test_deal.py:8: Exception
============================== 1 failed in 0.35s ===============================
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As you can see our tests did find the bug! But how?

There are a lot of questions to ask:

  • Where did the data for the test come from? It comes from another awesome library called hypothesis. It smartly generates lots of different test data according to some specific rules we define.

In our case, we have two rules. First rule generate two int arguments as defined in def div(a: int, b: int). The second rule is that these integers must be >= 0 as defined in @deal.pre(lambda a, b: a >= 0 and b >= 0).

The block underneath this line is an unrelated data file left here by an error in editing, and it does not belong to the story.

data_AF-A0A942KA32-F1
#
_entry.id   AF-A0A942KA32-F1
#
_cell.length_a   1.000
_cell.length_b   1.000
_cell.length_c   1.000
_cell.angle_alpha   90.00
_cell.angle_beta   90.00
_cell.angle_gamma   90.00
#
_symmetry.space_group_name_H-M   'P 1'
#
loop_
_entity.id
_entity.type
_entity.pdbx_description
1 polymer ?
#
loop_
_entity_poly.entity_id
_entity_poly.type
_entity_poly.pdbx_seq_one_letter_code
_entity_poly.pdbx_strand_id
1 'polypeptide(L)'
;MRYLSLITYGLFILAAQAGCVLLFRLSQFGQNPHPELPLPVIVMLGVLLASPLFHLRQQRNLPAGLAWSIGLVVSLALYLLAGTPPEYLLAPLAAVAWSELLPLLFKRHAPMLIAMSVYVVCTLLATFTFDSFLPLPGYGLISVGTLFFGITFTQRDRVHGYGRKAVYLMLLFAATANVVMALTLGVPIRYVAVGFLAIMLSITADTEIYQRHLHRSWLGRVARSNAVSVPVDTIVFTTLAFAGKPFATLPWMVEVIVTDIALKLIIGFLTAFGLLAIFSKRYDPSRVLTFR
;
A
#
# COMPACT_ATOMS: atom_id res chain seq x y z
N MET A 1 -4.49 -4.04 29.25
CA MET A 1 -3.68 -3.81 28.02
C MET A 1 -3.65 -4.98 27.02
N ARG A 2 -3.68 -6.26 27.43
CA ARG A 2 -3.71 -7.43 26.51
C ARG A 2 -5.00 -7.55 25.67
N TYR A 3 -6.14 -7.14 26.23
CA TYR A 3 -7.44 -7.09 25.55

We can control how many examples would be generated and do other small tweaks.
More about it is in the docs.

  • Why ZeroDivisionError didn't break the test while raw Exception did?
    Because that's how contracts work: you clearly define all possible cases. If something strange happens - the contract is violated. In our example, ZeroDivisionError is a part of the contract via deal.raises decorator. So, we know that it can (and will) happen. That's why we don't treat it as a test failure, while raw Exception is not a part of our contract and we treat it as a failure.

  • Will it find all bugs in my code?
    That's the most interesting question. And the answer is no. Sad, but true.
    There are endless use-cases, logic, combitations, and bugs in them. And I know for sure that it is impossible to catch all bugs your app has.